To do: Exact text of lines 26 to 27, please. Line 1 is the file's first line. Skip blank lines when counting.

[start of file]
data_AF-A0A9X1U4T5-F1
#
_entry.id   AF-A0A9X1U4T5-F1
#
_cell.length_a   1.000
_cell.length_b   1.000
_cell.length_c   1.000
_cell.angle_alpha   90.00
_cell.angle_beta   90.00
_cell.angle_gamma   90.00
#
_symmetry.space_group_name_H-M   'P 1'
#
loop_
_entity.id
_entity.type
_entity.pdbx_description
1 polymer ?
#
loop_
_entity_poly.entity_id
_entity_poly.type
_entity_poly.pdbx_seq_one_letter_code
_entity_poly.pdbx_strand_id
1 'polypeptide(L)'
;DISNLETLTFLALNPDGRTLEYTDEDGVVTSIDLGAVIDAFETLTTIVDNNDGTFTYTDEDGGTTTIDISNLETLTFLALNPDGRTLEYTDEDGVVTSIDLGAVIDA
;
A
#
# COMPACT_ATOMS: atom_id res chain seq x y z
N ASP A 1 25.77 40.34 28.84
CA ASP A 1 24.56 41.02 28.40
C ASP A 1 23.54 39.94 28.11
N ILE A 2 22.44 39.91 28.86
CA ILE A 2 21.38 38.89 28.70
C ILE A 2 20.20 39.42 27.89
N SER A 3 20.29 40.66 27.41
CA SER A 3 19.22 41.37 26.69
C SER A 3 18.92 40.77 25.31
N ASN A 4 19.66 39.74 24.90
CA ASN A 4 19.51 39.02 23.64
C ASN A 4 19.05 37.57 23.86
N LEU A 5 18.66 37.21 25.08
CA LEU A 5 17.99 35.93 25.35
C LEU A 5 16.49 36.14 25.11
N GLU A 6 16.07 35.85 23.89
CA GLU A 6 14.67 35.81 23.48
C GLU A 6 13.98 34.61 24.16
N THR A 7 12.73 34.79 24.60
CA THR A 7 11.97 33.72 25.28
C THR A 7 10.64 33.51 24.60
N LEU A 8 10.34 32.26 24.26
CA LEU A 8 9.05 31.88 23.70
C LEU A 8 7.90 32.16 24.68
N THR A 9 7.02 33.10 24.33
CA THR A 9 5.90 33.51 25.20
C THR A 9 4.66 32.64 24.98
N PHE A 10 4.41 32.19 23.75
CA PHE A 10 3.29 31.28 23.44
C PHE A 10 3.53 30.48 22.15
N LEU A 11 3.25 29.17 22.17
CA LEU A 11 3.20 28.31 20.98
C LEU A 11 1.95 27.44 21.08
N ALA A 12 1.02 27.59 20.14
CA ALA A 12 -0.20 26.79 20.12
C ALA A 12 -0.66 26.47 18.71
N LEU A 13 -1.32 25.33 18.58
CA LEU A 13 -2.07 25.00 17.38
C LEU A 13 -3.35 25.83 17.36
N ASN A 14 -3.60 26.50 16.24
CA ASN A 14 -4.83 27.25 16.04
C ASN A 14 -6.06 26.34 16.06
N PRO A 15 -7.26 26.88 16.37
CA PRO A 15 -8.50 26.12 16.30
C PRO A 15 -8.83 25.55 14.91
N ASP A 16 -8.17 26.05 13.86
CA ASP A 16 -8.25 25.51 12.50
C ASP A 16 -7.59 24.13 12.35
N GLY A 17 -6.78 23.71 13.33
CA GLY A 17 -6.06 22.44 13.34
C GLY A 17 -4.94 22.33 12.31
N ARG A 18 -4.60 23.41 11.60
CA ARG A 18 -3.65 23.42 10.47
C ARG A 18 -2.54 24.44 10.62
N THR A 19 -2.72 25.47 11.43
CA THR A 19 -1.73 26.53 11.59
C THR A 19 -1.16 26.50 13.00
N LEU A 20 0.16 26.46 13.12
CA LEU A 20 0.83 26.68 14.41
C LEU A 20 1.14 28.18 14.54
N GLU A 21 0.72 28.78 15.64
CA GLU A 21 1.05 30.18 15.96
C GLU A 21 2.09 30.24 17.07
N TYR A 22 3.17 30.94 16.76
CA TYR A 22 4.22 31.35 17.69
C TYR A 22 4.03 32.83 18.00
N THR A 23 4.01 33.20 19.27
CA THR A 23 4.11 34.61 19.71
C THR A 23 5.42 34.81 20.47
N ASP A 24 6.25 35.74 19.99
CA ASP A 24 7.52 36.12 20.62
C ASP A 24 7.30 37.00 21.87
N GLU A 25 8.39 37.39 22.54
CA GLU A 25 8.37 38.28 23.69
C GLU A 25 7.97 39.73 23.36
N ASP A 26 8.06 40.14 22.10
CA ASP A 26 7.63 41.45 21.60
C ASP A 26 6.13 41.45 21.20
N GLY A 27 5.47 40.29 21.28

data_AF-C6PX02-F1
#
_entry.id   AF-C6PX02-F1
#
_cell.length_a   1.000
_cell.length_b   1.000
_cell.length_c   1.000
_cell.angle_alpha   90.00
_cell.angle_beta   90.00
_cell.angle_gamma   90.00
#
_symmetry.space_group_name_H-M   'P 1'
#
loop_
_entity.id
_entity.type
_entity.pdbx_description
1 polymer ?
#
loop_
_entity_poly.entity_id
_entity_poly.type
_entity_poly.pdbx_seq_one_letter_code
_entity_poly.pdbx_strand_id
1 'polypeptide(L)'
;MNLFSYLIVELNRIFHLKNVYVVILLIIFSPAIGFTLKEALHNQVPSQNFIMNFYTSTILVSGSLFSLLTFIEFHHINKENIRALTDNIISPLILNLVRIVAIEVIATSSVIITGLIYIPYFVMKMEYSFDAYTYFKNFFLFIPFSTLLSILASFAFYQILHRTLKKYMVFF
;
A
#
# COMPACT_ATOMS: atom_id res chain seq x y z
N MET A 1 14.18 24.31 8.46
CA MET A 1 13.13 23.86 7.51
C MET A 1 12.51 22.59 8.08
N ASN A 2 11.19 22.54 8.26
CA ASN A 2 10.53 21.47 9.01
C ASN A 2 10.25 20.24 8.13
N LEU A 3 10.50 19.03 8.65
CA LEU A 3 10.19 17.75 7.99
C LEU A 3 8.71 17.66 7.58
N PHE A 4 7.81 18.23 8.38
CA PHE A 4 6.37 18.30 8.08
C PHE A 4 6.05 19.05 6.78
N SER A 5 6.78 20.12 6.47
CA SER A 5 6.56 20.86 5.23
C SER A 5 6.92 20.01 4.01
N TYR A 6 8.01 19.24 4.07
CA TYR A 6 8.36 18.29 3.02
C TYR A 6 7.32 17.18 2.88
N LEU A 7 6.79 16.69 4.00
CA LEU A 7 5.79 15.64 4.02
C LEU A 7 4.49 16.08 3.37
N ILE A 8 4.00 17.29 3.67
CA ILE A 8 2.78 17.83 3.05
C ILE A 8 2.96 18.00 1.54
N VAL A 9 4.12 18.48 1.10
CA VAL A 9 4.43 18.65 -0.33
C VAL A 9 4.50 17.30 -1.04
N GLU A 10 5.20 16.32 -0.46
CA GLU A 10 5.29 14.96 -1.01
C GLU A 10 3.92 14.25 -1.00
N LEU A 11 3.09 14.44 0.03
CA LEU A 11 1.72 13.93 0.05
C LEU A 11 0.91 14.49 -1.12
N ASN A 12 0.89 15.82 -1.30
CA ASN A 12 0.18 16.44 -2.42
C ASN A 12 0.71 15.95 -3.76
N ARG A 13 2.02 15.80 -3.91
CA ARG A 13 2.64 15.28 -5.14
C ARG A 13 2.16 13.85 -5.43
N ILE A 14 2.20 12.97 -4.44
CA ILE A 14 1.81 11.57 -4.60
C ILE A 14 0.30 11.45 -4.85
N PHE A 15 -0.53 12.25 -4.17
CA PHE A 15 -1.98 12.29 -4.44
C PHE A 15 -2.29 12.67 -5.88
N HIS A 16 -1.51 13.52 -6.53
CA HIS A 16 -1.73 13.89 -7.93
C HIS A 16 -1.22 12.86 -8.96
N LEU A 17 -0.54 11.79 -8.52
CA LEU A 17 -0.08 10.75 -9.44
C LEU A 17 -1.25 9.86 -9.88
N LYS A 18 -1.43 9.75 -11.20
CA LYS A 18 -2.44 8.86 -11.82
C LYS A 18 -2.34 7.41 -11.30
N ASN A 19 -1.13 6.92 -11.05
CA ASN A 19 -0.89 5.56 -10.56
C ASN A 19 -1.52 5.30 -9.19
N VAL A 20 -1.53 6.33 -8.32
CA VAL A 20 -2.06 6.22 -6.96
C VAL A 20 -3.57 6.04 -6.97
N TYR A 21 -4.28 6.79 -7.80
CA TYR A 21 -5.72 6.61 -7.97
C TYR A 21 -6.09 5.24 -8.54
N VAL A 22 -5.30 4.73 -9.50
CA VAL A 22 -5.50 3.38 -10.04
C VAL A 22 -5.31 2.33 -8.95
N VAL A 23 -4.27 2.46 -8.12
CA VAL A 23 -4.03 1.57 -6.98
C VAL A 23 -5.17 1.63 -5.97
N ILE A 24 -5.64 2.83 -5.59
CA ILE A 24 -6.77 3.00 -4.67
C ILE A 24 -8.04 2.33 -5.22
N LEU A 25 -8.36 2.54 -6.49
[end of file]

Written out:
;DISNLETLTFLALNPDGRTLEYTDEDGVVTSIDLGAVIDAFETLTTIVDNNDGTFTYTDEDGGTTTIDISNLETLTFLALNPDGRTLEYTDEDGVVTSIDLGAVIDA
;